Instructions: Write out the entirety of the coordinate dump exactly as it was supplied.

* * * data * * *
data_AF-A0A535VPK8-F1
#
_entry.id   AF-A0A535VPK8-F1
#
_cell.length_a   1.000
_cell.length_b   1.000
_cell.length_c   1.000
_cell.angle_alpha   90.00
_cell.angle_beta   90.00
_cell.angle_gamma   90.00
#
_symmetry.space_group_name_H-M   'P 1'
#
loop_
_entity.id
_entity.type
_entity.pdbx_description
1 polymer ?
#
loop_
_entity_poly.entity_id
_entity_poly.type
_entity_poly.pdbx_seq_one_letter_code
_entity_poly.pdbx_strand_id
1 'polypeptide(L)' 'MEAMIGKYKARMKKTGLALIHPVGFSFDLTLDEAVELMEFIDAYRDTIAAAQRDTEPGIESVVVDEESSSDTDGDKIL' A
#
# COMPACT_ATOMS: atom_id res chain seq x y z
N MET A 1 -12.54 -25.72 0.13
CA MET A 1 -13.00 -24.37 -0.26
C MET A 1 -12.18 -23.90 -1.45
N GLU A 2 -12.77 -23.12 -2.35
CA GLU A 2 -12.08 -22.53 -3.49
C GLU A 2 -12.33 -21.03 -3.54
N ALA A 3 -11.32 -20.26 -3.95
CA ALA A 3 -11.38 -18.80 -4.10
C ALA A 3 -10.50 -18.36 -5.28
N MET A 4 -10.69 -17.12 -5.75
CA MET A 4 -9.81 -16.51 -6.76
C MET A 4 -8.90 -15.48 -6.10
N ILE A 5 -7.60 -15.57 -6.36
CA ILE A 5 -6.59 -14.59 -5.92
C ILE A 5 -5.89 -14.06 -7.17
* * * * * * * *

data_AF-A0A535VPK8-F1
#
_entry.id   AF-A0A535VPK8-F1
#
_cell.length_a   1.000
_cell.length_b   1.000
_cell.length_c   1.000
_cell.angle_alpha   90.00
_cell.angle_beta   90.00
_cell.angle_gamma   90.00
#
_symmetry.space_group_name_H-M   'P 1'
#
loop_
_entity.id
_entity.type
_entity.pdbx_description
1 polymer ?
#
loop_
_entity_poly.entity_id
_entity_poly.type
_entity_poly.pdbx_seq_one_letter_code
_entity_poly.pdbx_strand_id
1 'polypeptide(L)' 'MEAMIGKYKARMKKTGLALIHPVGFSFDLTLDEAVELMEFIDAYRDTIAAAQRDTEPGIESVVVDEESSSDTDGDKIL' A
#
# COMPACT_ATOMS: atom_id res chain seq x y z
N MET A 1 -12.54 -25.72 0.13
CA MET A 1 -13.00 -24.37 -0.26
C MET A 1 -12.18 -23.90 -1.45
N GLU A 2 -12.77 -23.12 -2.35
CA GLU A 2 -12.08 -22.53 -3.49
C GLU A 2 -12.33 -21.03 -3.54
N ALA A 3 -11.32 -20.26 -3.95
CA ALA A 3 -11.38 -18.80 -4.10
C ALA A 3 -10.50 -18.36 -5.28
N MET A 4 -10.69 -17.12 -5.75
CA MET A 4 -9.81 -16.51 -6.76
C MET A 4 -8.90 -15.48 -6.10
N ILE A 5 -7.60 -15.57 -6.36
CA ILE A 5 -6.59 -14.59 -5.92
C ILE A 5 -5.89 -14.06 -7.17